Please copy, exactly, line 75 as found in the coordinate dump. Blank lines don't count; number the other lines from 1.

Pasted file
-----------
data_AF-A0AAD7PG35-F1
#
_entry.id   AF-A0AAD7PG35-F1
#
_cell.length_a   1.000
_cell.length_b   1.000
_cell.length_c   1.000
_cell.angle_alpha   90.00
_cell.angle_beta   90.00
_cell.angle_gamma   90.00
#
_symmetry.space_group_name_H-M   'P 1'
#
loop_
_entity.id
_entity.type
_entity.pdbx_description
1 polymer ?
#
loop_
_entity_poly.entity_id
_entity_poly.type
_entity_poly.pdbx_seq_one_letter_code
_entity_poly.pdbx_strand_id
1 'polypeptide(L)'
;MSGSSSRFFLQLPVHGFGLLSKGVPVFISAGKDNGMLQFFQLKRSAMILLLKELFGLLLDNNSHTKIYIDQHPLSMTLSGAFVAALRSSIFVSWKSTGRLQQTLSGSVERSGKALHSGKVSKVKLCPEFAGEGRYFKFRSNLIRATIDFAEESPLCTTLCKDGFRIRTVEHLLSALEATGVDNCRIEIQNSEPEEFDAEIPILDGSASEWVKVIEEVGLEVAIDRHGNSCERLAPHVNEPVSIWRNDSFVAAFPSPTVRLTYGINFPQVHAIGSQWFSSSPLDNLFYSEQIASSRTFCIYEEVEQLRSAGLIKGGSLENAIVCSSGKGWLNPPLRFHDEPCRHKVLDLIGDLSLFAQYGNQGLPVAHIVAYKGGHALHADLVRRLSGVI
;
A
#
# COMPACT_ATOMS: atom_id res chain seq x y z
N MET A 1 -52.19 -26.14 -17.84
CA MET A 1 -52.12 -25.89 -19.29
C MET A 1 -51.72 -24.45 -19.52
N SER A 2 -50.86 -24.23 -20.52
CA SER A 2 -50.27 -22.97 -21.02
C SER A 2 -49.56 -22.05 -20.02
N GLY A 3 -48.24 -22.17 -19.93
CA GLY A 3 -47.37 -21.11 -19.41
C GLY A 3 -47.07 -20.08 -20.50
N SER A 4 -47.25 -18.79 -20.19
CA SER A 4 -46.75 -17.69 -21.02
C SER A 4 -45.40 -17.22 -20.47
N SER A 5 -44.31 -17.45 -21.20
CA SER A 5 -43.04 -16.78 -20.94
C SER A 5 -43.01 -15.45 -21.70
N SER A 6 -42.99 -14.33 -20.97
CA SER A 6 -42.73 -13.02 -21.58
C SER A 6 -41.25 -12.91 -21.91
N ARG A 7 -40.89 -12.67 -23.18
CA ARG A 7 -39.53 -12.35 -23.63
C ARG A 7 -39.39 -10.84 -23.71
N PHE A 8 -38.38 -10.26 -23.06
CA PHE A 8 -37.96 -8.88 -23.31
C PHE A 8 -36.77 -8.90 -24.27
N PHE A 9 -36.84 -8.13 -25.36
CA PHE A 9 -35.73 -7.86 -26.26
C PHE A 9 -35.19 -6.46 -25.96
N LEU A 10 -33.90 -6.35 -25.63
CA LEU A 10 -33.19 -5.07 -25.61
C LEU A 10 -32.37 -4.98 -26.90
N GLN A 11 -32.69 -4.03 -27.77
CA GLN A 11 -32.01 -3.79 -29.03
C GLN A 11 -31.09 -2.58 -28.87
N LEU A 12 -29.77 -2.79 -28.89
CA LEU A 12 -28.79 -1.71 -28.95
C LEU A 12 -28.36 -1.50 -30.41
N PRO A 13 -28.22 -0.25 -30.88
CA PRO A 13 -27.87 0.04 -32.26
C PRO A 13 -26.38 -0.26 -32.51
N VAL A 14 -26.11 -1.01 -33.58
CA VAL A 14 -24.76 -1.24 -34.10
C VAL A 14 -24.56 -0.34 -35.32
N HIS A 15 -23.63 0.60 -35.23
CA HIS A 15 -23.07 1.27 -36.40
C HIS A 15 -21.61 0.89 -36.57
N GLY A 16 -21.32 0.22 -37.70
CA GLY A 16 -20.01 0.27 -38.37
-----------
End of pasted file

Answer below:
C HIS A 15 -21.61 0.89 -36.57